BY JACK KWICIEN
and your colleagues. Never written a business
plan? Don’t worry. I’ll try to de-mystify business planning for you.
Why write it down? What is the rationale for having a business plan in the first place? Why should you have one at all — most businesses don’t, right? What components or elements should be in a business plan? What are the possible uses
for a business plan? And finally, who are the
potential audiences and stakeholders with an
interest in a business plan?
Consider a business plan a road map — a
guide for running your business. It should ar-
ticulate your business purpose and your mis-
sion. Who are your customers? What is your
value proposition? How will you grow your
business? How much realistically can it grow?
Will it still be profitable? And what resources
will you need to make it all happen? These are
some of the essential questions that need to be
answered in a thoughtful, cogent manner.
Perhaps you are asking yourself, why does
my business plan need to be written? After all,
you have it all in your head and you’ve gotten
this far, right? First of all, the discipline of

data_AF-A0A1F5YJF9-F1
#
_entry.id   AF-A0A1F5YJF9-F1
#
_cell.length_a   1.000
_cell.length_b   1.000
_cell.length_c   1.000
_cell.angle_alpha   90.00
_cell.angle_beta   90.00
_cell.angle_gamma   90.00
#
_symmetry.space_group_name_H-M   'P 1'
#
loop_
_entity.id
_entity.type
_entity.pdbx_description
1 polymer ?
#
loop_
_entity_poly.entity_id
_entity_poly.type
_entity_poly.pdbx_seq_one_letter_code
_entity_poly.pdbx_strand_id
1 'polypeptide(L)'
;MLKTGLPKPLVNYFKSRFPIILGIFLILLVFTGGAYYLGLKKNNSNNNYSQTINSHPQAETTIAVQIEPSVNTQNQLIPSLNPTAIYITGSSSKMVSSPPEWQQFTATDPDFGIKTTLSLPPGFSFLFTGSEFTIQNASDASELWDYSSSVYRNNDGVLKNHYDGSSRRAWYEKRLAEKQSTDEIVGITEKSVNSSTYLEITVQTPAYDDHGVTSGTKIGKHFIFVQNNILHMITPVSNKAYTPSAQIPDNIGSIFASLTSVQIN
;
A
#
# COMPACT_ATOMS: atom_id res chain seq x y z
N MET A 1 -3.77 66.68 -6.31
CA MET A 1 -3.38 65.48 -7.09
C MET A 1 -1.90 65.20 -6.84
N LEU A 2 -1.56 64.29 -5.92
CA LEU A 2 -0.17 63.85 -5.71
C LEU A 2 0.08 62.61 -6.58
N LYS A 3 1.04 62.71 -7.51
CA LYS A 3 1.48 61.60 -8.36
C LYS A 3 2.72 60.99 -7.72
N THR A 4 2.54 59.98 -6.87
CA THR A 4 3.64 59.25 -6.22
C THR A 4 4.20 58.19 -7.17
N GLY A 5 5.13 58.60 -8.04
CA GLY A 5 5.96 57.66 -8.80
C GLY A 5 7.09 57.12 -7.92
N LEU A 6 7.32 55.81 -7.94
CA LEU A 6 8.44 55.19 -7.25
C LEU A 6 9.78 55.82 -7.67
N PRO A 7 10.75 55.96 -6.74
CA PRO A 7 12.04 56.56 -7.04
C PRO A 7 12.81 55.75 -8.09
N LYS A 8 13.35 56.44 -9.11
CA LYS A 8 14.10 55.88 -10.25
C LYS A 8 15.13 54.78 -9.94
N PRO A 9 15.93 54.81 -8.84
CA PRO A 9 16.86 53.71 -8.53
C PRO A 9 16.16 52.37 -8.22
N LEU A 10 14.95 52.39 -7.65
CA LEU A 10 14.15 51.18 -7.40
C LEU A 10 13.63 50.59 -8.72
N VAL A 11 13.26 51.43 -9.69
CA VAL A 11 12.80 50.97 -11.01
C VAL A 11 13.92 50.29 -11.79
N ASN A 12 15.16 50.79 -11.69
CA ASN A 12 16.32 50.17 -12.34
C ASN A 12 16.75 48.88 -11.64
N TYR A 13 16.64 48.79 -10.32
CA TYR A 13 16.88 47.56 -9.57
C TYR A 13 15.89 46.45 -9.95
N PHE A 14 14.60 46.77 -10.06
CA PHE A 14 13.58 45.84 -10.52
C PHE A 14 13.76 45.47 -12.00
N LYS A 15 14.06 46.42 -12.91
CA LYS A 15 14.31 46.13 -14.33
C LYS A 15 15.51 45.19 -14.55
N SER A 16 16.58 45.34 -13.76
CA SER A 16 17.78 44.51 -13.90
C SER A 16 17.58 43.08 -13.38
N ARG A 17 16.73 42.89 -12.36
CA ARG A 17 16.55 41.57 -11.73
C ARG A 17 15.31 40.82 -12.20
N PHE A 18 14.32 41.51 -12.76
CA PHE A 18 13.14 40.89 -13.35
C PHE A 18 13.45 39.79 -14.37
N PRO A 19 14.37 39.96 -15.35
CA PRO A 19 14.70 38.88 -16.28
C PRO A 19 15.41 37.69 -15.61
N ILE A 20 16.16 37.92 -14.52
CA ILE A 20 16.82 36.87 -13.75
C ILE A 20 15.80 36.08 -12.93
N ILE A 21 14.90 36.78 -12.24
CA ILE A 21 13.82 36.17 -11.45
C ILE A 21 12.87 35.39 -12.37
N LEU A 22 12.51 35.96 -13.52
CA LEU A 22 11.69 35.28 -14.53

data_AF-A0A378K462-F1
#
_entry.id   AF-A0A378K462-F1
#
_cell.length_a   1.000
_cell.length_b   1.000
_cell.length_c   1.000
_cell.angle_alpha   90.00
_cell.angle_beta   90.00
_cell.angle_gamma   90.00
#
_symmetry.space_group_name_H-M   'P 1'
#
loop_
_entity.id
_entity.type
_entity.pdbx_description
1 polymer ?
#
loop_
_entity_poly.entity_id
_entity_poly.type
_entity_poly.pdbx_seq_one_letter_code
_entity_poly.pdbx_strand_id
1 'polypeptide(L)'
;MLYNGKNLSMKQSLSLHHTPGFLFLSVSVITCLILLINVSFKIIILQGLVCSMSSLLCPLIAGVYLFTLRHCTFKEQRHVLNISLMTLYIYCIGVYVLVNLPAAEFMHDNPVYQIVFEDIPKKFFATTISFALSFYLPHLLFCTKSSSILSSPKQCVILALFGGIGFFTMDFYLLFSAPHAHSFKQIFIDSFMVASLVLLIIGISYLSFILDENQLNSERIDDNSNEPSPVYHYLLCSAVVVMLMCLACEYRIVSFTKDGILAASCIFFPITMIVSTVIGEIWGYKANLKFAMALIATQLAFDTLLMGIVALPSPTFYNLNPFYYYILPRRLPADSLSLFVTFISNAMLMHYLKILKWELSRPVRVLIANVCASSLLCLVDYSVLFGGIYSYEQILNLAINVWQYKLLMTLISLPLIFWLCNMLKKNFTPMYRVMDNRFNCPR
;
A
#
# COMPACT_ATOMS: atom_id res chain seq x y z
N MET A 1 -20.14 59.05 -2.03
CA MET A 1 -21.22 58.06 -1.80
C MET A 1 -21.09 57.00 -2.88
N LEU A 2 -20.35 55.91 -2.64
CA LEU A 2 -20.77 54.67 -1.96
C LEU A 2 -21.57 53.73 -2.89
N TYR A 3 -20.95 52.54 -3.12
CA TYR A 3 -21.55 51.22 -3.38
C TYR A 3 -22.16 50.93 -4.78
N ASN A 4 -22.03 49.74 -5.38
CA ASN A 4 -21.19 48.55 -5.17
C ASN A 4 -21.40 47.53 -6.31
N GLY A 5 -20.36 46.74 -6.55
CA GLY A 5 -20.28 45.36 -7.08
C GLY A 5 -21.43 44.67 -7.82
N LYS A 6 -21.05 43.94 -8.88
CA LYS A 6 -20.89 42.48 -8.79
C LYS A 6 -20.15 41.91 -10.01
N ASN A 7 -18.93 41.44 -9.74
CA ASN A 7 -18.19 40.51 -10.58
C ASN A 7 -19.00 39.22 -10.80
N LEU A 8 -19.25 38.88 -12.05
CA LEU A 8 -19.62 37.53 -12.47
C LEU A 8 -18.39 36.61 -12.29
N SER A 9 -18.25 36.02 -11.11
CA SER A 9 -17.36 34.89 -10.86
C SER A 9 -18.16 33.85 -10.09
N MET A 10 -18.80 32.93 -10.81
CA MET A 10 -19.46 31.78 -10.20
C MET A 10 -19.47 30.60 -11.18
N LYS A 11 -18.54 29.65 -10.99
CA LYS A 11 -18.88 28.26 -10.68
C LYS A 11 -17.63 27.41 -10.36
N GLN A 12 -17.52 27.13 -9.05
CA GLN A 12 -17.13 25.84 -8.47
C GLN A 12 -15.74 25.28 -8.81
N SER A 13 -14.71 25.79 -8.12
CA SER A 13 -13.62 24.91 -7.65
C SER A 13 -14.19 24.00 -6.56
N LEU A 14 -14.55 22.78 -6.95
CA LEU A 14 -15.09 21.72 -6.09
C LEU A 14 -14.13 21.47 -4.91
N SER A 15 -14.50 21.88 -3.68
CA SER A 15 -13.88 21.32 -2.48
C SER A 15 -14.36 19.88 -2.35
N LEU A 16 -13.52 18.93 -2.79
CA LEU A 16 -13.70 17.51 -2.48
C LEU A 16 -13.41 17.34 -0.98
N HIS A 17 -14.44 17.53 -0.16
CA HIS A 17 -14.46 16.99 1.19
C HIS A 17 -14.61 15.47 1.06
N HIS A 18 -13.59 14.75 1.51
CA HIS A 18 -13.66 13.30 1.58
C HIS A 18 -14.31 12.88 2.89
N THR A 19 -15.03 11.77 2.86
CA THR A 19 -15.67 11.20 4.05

putting the plan in writing forces you to think
through all the issues involved in managing
your business and to succinctly articulate why
your business matters.
A business plan will also cause you to put
a stake in the ground about those important
and sometimes controversial issues like:
• foregoing profits to fund growth
• deciding what additional capabilities
and resources are needed
• specializing in one or two industries to
gain competitive advantage to the exclusion of
general market prospects
• deciding to build/buy/ or partner to add
a synergistic product line or service
Enhance your asset value
with a business plan
Well, football season is over, and we are now headlong into March Madness. It’s likely to be almost as frenetic as the ongoing
gyrations surrounding PPACA in the political
forum, the courts, and in the marketplace.
Clearly the benefits landscape will
remain in a constant state of flux for the next
several years. It’s likely to be as much of an
emotional roller-coaster as the basketball
tournament. I hope you’re up for the “big
dance” — those who are prepared will be
And that brings us to this month’s topic. I
want to talk about developing a business plan
for your firm and how that will help increase
your business asset value in the event of a
merger or sale. Even if you are not an equity
owner in the firm, you should want the organization to have a business plan.
You’d be surprised at how many benefits practices do not have a formal written
business plan. (Or maybe you wouldn’t.)
Does your organization have one? Why not?
Perhaps the process is a bit of a mystery to you